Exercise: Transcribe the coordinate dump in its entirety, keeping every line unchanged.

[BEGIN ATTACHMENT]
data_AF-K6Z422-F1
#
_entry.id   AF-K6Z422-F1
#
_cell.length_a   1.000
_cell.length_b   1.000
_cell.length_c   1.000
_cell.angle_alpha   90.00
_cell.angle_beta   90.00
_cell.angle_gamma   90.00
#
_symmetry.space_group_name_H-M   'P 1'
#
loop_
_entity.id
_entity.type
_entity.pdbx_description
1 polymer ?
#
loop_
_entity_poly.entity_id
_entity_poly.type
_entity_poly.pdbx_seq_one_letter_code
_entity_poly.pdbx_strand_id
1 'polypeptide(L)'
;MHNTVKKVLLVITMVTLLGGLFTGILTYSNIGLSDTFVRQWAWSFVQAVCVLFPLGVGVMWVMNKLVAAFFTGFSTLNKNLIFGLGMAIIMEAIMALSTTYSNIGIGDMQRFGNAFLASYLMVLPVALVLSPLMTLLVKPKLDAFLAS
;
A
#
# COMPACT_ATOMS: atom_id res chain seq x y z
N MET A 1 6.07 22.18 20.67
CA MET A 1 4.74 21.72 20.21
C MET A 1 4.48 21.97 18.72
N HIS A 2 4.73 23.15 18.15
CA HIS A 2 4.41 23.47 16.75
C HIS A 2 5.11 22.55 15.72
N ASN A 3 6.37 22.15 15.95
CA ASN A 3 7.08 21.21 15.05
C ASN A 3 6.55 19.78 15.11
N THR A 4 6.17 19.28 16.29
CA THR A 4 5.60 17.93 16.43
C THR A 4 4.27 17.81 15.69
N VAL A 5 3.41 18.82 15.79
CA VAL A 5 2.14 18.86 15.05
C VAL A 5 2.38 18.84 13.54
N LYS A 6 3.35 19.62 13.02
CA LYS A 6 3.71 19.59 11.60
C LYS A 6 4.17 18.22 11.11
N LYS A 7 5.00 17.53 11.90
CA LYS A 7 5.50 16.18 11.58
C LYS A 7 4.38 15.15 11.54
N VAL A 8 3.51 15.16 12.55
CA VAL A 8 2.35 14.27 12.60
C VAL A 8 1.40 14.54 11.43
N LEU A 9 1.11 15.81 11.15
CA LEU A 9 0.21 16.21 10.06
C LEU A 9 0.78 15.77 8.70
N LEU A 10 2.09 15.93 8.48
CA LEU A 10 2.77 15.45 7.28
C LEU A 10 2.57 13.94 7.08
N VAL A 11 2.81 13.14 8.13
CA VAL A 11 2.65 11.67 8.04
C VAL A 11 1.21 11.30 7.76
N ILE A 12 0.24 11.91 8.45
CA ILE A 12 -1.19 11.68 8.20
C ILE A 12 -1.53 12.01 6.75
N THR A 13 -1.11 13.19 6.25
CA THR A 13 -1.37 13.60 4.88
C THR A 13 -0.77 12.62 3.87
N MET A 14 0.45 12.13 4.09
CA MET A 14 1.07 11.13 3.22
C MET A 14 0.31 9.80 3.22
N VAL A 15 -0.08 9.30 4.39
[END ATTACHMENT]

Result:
data_AF-K6Z422-F1
#
_entry.id   AF-K6Z422-F1
#
_cell.length_a   1.000
_cell.length_b   1.000
_cell.length_c   1.000
_cell.angle_alpha   90.00
_cell.angle_beta   90.00
_cell.angle_gamma   90.00
#
_symmetry.space_group_name_H-M   'P 1'
#
loop_
_entity.id
_entity.type
_entity.pdbx_description
1 polymer ?
#
loop_
_entity_poly.entity_id
_entity_poly.type
_entity_poly.pdbx_seq_one_letter_code
_entity_poly.pdbx_strand_id
1 'polypeptide(L)'
;MHNTVKKVLLVITMVTLLGGLFTGILTYSNIGLSDTFVRQWAWSFVQAVCVLFPLGVGVMWVMNKLVAAFFTGFSTLNKNLIFGLGMAIIMEAIMALSTTYSNIGIGDMQRFGNAFLASYLMVLPVALVLSPLMTLLVKPKLDAFLAS
;
A
#
# COMPACT_ATOMS: atom_id res chain seq x y z
N MET A 1 6.07 22.18 20.67
CA MET A 1 4.74 21.72 20.21
C MET A 1 4.48 21.97 18.72
N HIS A 2 4.73 23.15 18.15
CA HIS A 2 4.41 23.47 16.75
C HIS A 2 5.11 22.55 15.72
N ASN A 3 6.37 22.15 15.95
CA ASN A 3 7.08 21.21 15.05
C ASN A 3 6.55 19.78 15.11
N THR A 4 6.17 19.28 16.29
CA THR A 4 5.60 17.93 16.43
C THR A 4 4.27 17.81 15.69
N VAL A 5 3.41 18.82 15.79
CA VAL A 5 2.14 18.86 15.05
C VAL A 5 2.38 18.84 13.54
N LYS A 6 3.35 19.62 13.02
CA LYS A 6 3.71 19.59 11.60
C LYS A 6 4.17 18.22 11.11
N LYS A 7 5.00 17.53 11.90
CA LYS A 7 5.50 16.18 11.58
C LYS A 7 4.38 15.15 11.54
N VAL A 8 3.51 15.16 12.55
CA VAL A 8 2.35 14.27 12.60
C VAL A 8 1.40 14.54 11.43
N LEU A 9 1.11 15.81 11.15
CA LEU A 9 0.21 16.21 10.06
C LEU A 9 0.78 15.77 8.70
N LEU A 10 2.09 15.93 8.48
CA LEU A 10 2.77 15.45 7.28
C LEU A 10 2.57 13.94 7.08
N VAL A 11 2.81 13.14 8.13
CA VAL A 11 2.65 11.67 8.04
C VAL A 11 1.21 11.30 7.76
N ILE A 12 0.24 11.91 8.45
CA ILE A 12 -1.19 11.68 8.20
C ILE A 12 -1.53 12.01 6.75
N THR A 13 -1.11 13.19 6.25
CA THR A 13 -1.37 13.60 4.88
C THR A 13 -0.77 12.62 3.87
N MET A 14 0.45 12.13 4.09
CA MET A 14 1.07 11.13 3.22
C MET A 14 0.31 9.80 3.22
N VAL A 15 -0.08 9.30 4.39